Campaigners say no rogue traders have been prosecuted for selling wares on Amazon and eBay without VAT.
HM Revenue & Customs has been accused of being soft on billions of pounds of VAT fraud committed by rogue traders using online marketplaces such as Amazon and eBay.
The accusation comes after a senior HMRC official said last week that his department had never seized goods from traders suspected of being part of a £1.2bn-a-year VAT fraud via Amazon’s marketplace and other online sites.
The scam involves foreign companies warehousing products in the UK and selling them without charging VAT via internet marketplaces.
Legitimate traders claim the scam gives the fraudsters an unfair advantage.
Richard Allen, the founder of Retailers Against VAT Abuse Schemes (RAVAS), said: “HMRC was handed a dossier containing the names and details of hundreds of fraudsters three years ago.
“Yet in that entire period, despite serious and criminal fraud taking place by traders using Amazon warehouses, HMRC has not made a single prosecution or seized goods when it has identified rogue operators.
“When measured against the actions of other jurisdictions such as Germany – who have taken enforcement action – or even simple common sense, HMRC’s behaviour can be seen as nothing other than going lenient on Amazon rogue traders.”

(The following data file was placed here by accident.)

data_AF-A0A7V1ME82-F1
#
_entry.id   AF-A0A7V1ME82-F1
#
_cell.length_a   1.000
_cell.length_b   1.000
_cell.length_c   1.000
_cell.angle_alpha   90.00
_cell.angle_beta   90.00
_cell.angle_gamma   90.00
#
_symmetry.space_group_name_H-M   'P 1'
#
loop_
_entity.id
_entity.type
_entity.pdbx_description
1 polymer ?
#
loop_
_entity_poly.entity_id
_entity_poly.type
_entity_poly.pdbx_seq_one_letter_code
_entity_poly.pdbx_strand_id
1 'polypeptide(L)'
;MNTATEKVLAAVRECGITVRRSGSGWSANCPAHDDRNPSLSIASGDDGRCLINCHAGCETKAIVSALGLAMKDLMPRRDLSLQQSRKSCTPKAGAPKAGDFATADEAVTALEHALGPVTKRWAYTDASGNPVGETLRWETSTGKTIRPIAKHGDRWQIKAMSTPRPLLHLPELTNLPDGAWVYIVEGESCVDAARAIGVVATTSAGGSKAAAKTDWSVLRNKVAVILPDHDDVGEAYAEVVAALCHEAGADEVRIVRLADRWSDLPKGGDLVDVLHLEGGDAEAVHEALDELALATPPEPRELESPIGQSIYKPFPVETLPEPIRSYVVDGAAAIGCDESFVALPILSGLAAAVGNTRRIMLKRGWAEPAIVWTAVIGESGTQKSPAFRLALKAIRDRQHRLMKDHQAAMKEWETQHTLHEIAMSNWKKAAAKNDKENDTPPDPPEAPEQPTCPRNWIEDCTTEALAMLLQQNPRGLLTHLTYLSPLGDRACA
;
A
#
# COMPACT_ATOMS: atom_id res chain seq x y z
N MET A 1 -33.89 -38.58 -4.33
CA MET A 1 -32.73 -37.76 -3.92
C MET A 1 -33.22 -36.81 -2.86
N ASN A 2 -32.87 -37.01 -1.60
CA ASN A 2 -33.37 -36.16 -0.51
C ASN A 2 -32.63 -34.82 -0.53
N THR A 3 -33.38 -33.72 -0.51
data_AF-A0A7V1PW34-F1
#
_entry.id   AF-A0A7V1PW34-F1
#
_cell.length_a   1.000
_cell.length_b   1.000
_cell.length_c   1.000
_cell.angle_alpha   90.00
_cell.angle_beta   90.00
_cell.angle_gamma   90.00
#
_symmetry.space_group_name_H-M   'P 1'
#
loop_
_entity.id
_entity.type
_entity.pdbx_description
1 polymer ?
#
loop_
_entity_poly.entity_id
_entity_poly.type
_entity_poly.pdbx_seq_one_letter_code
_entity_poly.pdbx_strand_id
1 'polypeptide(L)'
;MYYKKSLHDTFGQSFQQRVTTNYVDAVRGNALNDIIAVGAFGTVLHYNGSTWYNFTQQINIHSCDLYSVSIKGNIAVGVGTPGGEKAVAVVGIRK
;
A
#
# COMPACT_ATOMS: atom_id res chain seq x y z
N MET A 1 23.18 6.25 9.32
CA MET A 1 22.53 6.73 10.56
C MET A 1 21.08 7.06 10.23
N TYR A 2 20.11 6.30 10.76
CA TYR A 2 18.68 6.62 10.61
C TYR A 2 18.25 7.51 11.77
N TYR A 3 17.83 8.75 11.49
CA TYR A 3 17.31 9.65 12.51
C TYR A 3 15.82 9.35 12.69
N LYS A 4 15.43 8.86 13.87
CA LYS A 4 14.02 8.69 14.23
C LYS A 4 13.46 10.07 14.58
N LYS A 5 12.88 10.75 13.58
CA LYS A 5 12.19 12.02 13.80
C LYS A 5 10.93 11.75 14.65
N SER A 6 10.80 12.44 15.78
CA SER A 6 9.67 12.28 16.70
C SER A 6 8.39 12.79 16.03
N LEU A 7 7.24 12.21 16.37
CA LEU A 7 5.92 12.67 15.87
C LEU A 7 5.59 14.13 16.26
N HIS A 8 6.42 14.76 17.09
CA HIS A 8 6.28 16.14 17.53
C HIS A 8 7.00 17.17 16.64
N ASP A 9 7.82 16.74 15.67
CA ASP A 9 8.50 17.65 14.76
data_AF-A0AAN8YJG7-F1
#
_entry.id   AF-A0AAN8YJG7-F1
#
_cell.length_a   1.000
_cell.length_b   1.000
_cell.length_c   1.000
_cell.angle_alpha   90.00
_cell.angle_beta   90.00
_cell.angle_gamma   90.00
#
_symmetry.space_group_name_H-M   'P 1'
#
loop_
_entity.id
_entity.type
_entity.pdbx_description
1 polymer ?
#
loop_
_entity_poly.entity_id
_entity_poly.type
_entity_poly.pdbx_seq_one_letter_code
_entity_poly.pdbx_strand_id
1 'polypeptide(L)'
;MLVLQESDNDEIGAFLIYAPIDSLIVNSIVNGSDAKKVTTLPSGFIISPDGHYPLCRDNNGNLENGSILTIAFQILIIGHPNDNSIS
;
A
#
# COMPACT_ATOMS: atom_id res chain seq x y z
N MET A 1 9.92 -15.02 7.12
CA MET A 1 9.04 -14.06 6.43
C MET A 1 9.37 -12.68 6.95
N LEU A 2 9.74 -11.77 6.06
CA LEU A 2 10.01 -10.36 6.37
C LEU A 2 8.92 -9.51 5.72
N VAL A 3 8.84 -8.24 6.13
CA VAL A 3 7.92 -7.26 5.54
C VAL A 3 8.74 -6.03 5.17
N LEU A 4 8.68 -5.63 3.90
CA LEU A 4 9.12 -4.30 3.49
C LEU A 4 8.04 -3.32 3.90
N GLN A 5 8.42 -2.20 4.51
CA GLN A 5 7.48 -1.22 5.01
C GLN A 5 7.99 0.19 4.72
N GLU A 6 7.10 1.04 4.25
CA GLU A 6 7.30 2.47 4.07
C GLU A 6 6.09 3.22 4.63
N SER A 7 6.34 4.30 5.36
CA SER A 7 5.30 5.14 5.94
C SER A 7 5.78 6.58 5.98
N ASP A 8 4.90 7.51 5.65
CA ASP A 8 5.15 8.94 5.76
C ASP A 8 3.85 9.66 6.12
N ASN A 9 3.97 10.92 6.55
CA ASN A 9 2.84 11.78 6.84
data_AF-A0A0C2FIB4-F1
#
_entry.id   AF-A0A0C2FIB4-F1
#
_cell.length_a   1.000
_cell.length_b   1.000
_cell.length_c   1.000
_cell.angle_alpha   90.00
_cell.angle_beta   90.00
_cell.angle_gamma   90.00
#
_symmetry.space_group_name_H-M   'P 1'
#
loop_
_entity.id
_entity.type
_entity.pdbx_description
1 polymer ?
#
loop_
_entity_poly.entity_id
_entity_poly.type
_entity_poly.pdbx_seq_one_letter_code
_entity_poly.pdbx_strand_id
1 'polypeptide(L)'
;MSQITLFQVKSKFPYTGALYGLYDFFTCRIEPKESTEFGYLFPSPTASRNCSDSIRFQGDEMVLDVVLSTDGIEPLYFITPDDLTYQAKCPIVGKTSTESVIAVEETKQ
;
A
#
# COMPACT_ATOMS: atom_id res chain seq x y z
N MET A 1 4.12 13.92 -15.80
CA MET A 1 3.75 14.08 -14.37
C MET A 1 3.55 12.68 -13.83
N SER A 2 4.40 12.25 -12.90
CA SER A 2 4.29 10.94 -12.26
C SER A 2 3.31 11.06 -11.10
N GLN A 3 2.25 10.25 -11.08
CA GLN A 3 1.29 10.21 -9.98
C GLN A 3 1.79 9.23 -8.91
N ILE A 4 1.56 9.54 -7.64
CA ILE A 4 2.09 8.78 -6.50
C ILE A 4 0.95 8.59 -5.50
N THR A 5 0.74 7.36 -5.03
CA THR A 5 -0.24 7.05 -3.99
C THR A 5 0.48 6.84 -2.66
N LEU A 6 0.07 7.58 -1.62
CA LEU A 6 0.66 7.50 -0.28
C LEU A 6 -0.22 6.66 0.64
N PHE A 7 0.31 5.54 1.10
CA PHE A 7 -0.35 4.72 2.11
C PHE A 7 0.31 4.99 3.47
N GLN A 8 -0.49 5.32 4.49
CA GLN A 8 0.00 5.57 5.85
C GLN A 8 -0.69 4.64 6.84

The chancellor took measures last year to tighten up 2016 legislation designed to force companies such as Amazon and eBay to police their own site for VAT fraudsters. Websites are now jointly liable for ensuring companies selling goods to UK consumers via their websites are paying the correct VAT.
But last week, during a public accounts committee hearing, the chair, Meg Hillier MP, said to HMRC’s deputy chief executive, Jim Harra: “According to Amazon … they said ‘to our knowledge HMRC has never issued a notice to Amazon to seize the third-party goods belonging to a seller in respect of whom they have issued a joint and several liability notice.’”
Harra told the committee: “We don’t think that as our powers currently stand it’s a practical way of us making any meaningful difference here but it’s definitely an area we want to look at to see if we can use it.”
HMRC “fully refutes” RAVAS’s claim it has been soft on the fraud and said that it had had 27,550 applications to register for VAT from overseas online retail businesses since its measures on joint liability were introduced in 2016 and 2018.
HMRC added: “The UK has led the way in holding online marketplaces jointly liable for VAT evaded overseas and in the UK by being the first country to bring in new powers to hold them to account.”
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